Investment banker Shrinal Sheth spearheaded new principles for corporations around social and environmental issues; now she’s driving capital to sustainable investments
In the past few years, a growing movement among investors has highlighted the importance of environmental, social, and governance factors—collectively known as ESG—as a way to determine which companies are just and sustainable. Not only are such investments good for the planet, the thinking goes, but they are also financially sound, since they are less exposed to environmental risks or public relations disasters.
One challenge for the ESG movement, however, has been determining just what makes a company sustainable when it comes to the needs of its customers, employees, and the environment. Enter Shrinal Sheth, F19, a master’s of international business graduate of The Fletcher School, who spearheaded the development of 21 ESG metrics for the World Economic Forum.
“It seemed impossible because there were so many different frameworks in the market, and no harmonized understanding of what ESG could be,” Sheth says. Nevertheless, she co-led a team to create a set of metrics that could apply to companies in any industry, serving as part of the working group that drafted a report whose standards have been widely adopted in the corporate world.
“It was the most difficult piece of work I’ve done in my life,” says Sheth, who at age 27 was named to the 2023 GreenBiz 30 under 30 along with other young professionals “fighting climate change at work” and a 2023 Global Impact Leader by the Dubai World Trade Centre’s GITEX Impact. Now an investment banker at Deutsche Bank, she counsels investors and companies on how they can achieve both financial and ESG goals.
From Small Thought to Collective Action
Sheth grew up in India, where her family runs a chemical company. Her environmental awakening came as an undergraduate at Christ University in Bangalore, where she became acutely aware of the amount of waste generated by her college’s 18,000-person campus.
“I thought there must be something we could do about it,” she says. Turns out, there was. She became a UN-affiliated climate counselor and helped conduct workshops to educate students. She worked with the university to recycle waste and even use food waste to power a biogas plant, eventually securing a commitment to zero waste. “It made me realize that a simple thought could lead to a positive outcome if you just start speaking with people and focusing on collective action,” she says.
Graduating with a degree in finance, she continued her climate engagement while working in her family business, focusing on how it could be more sustainable. For instance, she worked with pharmaceutical companies to treat waste byproducts of drug manufacturing to create a new product. Her goal was to “generate more cash flow, but also do something better for the environment.”
Impact and Returns
At Fletcher, Professor of Practice Patrick Schena, an early proponent of ESG investing, advised Sheth and three other students in the 2019 Kellogg–Morgan Stanley Investment Challenge, where their plan to spur solar infrastructure with municipal bonds in India became a finalist in the competition and earned them a trip to Hong Kong to present the proposal.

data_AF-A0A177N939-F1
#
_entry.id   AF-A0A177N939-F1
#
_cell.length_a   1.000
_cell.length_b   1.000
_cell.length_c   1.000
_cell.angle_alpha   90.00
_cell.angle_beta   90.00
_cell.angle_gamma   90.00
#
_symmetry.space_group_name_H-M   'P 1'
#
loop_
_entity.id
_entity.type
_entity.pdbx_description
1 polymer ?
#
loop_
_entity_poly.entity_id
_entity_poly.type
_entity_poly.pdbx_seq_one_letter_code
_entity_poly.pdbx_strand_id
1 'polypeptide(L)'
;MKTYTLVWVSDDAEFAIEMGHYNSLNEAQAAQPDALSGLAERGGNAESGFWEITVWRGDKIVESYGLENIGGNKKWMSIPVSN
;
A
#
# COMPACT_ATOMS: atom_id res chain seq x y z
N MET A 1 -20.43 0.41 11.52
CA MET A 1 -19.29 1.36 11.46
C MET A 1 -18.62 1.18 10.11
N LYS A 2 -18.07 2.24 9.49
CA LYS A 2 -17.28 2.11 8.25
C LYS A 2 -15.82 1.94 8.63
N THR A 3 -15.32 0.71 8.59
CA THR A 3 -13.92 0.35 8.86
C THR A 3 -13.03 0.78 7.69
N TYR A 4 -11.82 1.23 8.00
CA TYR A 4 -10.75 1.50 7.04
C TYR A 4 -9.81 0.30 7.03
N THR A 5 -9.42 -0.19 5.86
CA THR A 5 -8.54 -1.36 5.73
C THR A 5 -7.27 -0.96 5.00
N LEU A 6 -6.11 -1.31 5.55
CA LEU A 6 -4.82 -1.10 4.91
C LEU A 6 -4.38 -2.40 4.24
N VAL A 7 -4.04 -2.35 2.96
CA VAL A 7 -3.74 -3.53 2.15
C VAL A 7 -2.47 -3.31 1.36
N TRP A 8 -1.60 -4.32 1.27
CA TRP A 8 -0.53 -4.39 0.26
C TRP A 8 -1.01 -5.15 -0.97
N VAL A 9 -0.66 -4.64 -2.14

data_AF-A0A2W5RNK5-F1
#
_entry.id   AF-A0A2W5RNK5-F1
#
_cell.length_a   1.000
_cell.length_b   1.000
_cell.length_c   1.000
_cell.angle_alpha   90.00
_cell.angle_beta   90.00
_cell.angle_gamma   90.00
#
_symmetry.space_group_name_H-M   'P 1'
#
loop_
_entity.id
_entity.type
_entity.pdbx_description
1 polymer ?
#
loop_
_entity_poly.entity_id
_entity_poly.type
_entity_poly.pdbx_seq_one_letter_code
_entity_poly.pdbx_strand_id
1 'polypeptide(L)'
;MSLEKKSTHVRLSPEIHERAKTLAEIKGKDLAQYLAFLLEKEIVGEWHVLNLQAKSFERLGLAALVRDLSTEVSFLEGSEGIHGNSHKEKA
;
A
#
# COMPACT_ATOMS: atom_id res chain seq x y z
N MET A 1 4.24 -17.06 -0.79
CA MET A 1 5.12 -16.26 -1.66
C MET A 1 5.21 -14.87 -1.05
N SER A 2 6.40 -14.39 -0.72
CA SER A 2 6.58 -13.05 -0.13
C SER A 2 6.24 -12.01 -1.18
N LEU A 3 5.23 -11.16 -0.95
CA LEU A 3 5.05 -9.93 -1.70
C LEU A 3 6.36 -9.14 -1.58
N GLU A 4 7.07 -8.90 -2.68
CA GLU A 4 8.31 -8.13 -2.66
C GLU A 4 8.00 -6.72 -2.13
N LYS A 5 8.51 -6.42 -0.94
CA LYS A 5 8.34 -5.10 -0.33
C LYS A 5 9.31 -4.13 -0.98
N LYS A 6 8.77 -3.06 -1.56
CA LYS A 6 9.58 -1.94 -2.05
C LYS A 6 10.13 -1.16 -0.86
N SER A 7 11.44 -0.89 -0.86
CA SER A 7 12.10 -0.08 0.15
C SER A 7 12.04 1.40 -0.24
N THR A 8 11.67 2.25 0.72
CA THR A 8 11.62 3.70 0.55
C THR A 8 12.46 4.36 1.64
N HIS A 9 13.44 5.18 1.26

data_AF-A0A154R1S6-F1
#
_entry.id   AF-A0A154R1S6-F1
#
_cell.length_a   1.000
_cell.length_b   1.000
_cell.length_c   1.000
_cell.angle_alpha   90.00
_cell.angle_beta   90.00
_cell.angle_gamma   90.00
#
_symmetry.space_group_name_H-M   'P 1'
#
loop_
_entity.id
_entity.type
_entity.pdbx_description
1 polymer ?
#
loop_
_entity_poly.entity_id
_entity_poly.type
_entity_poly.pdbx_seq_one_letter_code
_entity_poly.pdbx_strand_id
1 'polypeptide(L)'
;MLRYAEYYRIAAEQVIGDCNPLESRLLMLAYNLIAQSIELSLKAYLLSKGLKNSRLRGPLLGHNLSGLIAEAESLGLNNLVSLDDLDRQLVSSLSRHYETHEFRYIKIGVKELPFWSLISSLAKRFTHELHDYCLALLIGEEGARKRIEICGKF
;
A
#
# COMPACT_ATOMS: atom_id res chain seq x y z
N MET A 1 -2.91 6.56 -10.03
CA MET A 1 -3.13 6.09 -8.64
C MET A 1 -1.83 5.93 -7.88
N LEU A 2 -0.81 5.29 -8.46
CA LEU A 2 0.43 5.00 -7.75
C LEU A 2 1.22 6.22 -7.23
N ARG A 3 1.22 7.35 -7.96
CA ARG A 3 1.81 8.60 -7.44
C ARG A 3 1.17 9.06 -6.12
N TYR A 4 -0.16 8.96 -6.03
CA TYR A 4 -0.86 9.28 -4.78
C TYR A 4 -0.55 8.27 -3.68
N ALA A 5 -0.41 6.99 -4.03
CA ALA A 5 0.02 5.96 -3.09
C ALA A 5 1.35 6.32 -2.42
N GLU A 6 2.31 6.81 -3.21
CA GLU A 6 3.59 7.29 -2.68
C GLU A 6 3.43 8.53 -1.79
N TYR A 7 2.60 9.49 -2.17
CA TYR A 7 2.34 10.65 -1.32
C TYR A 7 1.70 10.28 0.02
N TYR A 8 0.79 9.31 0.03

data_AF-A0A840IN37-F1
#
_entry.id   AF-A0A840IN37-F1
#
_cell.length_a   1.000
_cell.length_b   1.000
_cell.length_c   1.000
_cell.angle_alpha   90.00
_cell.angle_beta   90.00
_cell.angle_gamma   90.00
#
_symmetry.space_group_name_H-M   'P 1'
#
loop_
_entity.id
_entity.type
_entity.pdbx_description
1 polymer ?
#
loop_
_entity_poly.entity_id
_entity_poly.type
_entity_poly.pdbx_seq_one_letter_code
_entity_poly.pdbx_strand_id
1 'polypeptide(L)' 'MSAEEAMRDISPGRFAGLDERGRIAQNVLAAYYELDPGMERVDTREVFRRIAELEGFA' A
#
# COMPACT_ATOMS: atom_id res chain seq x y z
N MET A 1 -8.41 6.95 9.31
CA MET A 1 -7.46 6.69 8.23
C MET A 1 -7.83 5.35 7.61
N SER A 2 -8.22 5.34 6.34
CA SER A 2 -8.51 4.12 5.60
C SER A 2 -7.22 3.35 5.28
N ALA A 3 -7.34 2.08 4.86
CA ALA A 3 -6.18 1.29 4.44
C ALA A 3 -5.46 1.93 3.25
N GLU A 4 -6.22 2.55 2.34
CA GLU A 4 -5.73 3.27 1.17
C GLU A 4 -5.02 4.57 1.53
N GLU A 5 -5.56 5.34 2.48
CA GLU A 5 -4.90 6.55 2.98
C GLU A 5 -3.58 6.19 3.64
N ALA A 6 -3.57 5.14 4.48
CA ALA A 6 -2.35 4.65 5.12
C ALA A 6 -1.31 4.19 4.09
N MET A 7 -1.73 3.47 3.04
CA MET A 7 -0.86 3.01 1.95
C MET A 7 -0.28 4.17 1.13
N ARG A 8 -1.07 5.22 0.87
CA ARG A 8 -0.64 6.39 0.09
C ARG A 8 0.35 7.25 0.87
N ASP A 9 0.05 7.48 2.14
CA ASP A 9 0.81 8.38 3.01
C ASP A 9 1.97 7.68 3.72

Sheth was also co-head of the Fletcher Finance Club and a member of the Fletcher Social Investment Group. Through that group, she helped counsel microfinance company Kiva on the financial and social indicators it could look at to help it invest.
A Lightbulb Moment
Schena introduced Sheth to Adam Robbins, F14, then–head of the World Economic Forum’s Future of Investing Initiatives. Sheth started as an intern and quickly rose to become the Forum’s youngest-ever project lead for investing. She spent more than six months interviewing more than 200 companies, investors, and other organizations to get feedback on the 21 ESG metrics, which fall into four categories: governance, planet, people, and prosperity.
Key to this initiative that would span industries, she says, was deciding early on that they would not develop new metrics, but rather leverage what was already present within the responsible investing world. “It was a lightbulb moment, because then we could collaborate with other entities, and also show the corporates that we were drawing on existing metrics wherever possible and this wasn’t one more framework they had to report against,” she says. The metrics have now been incorporated into the International Sustainability Standards Board (ISSB).
In her current role at Deutsche Bank, Sheth counsels companies in their pre-IPO stage on how they can incorporate good ESG practices into their business, as well as works with companies on identifying businesses they can acquire to augment their green portfolio. “My goal has been to drive capital where it can have the most impact in dealing with climate change,” she says, “starting with hard-to-abate sectors, measuring their ESG performance through the right metrics, and then moving into helping investment firms think about what companies they should invest in.”
In that mission, she’s earned respect by doing her homework and being prepared to tackle difficult issues. “It’s really about figuring out the concrete steps to address the problem,” she says, “and for me it is driving capital towards decarbonization, and showing why it makes sense.”